The country once again recoiled in shock after a 22-year-old man got into his car and sprayed bullets in the Southern California college town of Isla Vista, killing six victims. The shooter himself was also killed. Later, evidence revealed the murders were premeditated. He allegedly targeted a sorority at the University of California at Santa Barbara. Misogyny appears to have been the primary motive of this atrocity. Misogyny is a dislike of, contempt for or ingrained prejudice against women.
According to the Washington Post’s Mark Berman and Peter Finn in their May 24, 2014 article, titled, “Shooter kills at least six people in rampage near UC Santa Barbara,"
“Police said they were examining a video posted on YouTube in which a man, sitting in a car, said he had planned an attack in Isla Vista because he was sexually frustrated and had been snubbed by women. The young man, who said he was 22, described himself as a virgin and said he planned an act of retribution because women had not found him attractive.”
Yet, mainstream news coverage soon began to explore whether or not the shooter had been diagnosed with a mental illness. What is the rationale behind going down this road? Simple. Mental illness is perceived to be the major source of the current extreme violence in our culture.
On October 11, 2013, Indiana University Bloomington celebrated the 125th anniversary of its distinguished Department of Psychological and Brain Sciences with a day of festivities. The agenda included a speech by IU Bloomington College of Arts and Sciences alumnus and one of the nation’s experts on the connection between mental illness and the risk of violence, John Monahan (Ph.D., ’72). At the University of Virginia today, Monahan holds the John S. Shannon Distinguished Professorship in Law and is a professor of psychology and psychiatric medicine. Of note, he holds the distinction of being the first non-attorney psychologist to hold a full-time position in an American law school.
At the 125th anniversary event, Monahan talked to the myth that perpetuates the belief that mental illness is a major source of violence in our culture. Said Monahan in Oct. 2013 in Bloomington, IN,
“According to the best research estimates, approximately 4 percent of the violence in American society is attributable to people with serious mental illness. That means if we could somehow cure all mental illness overnight, we would be left in the morning with a rate of violence that is 96 percent of what it is now.”
Role of substance abuse as a source of violence
As reported by Indiana University Bloomington in January 2014,
“Drawing on data from two studies, Monahan has shown that the relationship between substance abuse and violence was two to three times as strong as the relationship between mental illness and violence.”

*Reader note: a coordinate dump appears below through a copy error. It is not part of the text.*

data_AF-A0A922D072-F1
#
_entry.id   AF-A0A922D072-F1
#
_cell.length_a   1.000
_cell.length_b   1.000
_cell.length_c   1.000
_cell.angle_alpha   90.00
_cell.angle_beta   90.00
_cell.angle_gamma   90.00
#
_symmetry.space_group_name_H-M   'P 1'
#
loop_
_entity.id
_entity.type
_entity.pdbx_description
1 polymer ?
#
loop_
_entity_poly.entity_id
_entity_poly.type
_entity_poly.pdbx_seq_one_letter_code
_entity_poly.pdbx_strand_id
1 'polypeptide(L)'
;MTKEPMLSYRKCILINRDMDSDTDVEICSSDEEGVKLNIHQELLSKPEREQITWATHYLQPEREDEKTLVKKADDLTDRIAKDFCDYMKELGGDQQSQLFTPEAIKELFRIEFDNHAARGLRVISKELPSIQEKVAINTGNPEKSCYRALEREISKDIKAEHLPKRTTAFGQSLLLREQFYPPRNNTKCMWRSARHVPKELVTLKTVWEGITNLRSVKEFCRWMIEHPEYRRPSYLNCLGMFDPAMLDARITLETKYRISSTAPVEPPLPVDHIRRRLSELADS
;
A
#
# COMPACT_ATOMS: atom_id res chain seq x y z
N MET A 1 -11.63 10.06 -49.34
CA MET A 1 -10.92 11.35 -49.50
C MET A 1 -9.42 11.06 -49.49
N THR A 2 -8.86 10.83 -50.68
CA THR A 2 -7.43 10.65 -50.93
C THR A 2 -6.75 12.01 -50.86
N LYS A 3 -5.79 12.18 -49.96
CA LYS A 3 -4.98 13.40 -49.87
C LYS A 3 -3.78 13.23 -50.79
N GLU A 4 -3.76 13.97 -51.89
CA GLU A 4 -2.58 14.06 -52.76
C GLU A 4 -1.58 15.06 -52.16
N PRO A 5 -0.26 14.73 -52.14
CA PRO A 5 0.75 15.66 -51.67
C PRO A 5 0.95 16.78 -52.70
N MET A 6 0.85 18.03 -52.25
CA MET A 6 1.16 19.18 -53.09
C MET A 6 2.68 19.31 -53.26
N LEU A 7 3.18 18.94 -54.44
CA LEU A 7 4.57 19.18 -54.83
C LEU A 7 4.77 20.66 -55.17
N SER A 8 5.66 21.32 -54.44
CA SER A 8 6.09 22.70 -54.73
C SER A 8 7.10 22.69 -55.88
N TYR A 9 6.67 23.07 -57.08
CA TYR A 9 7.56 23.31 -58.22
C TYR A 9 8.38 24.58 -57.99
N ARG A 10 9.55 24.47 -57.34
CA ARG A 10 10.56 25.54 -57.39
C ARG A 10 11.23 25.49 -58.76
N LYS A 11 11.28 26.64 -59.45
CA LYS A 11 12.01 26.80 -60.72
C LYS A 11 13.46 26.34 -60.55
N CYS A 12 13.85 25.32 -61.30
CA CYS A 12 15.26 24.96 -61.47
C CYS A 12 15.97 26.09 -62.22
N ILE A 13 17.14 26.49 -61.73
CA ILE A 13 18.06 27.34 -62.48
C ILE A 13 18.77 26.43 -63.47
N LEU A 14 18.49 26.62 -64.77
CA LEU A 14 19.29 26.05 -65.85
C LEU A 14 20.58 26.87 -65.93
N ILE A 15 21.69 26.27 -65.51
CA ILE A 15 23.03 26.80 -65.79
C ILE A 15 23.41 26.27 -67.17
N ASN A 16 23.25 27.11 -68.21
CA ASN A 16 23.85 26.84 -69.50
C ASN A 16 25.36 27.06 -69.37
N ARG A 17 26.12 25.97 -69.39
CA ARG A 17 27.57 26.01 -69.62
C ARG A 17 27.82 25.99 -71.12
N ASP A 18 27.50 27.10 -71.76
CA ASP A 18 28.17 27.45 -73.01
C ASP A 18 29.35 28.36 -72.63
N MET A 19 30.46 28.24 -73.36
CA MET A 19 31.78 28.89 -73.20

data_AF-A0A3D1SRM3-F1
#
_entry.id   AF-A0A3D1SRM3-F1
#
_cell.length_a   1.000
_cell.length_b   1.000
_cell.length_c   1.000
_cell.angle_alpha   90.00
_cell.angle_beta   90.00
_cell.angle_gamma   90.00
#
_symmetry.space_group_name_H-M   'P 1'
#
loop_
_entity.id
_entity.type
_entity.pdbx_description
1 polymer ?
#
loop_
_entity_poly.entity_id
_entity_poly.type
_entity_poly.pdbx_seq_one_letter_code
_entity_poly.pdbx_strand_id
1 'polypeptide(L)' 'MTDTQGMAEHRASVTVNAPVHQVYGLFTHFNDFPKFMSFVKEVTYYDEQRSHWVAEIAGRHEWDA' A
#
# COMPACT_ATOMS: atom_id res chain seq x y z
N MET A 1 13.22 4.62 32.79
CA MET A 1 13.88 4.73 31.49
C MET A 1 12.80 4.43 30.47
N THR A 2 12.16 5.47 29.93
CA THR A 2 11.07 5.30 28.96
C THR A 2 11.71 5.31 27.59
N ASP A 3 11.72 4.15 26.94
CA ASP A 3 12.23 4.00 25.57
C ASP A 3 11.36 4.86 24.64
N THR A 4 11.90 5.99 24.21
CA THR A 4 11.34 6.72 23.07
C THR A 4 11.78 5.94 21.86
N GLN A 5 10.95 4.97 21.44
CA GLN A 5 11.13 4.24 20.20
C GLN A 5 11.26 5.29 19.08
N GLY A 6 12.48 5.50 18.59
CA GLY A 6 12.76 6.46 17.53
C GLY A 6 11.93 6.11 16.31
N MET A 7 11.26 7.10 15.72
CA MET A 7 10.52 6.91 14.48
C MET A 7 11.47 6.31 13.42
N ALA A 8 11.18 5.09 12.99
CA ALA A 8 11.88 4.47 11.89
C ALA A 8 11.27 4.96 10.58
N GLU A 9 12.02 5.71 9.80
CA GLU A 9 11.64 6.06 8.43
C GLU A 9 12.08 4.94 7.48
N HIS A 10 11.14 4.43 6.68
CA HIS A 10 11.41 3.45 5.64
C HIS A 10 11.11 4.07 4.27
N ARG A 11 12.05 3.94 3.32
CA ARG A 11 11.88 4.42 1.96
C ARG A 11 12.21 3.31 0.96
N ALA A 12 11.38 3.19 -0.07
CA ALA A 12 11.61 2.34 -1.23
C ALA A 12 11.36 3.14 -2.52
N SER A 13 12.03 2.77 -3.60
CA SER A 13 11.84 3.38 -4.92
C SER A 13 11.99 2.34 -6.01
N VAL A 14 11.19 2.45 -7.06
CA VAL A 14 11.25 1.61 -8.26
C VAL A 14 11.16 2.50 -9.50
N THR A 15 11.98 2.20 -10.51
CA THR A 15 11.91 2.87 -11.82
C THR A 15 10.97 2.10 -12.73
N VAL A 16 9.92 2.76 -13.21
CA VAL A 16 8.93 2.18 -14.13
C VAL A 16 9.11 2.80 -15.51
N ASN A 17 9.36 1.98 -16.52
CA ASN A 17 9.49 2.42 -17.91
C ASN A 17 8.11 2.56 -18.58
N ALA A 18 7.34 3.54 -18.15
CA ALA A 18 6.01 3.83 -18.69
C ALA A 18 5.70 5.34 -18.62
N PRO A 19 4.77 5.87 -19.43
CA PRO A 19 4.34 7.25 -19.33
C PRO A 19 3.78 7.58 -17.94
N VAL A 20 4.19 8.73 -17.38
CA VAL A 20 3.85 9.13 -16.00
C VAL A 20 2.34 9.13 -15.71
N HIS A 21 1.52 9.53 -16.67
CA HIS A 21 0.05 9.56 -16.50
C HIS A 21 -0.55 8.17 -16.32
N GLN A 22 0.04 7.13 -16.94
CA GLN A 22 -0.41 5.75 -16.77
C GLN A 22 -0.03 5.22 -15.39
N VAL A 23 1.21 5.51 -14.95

Monahan went on to describe that one study he directed found that patients discharged from short-term psychiatric facilities who avoided substance abuse were no more likely to commit violence than the general public. However, discharged patients who did succumb to substance abuse were twice as likely to commit violence as were members of the general public who abuse substances.
The toxicology report allegedly showed the perpetrator of the shootings in Santa Barbara in May had trace amounts of Xanax in his body. It is not conclusive whether or not the young man was addicted to Xanax, however given the research of John Monahan, this possibility is not unrealistic.
As reported in the Daily Mail online on June 4, 2014,
“Mass killer Elliot Rodger may have been dependent on the anti-anxiety drug Xanax which made him 'isolated and anxious' before his murder spree, it has been claimed.”
“His family's spokesman previously said Rodger, who stabbed three students and shot another three dead before killing himself, was believed to have been taking the medication for around six months.”
Advocating for increased access and resources for psycho-therapeutic treatment services
Monahan also said in October 2013, “In addition to reducing violence, treatment generates monetary advantages because it is less expensive than hospitalization.”
In summary, this article seeks to encourage readers to raise their awareness that the popular notion suggesting the major source of the violence in the U.S. today is mental illness is not true. Further, you can advocate in your own community for greater attention to young people, in particular, who might be struggling with substance use issues and the trajectory this can take if the individual also grapples with misogyny or a prejudice against women.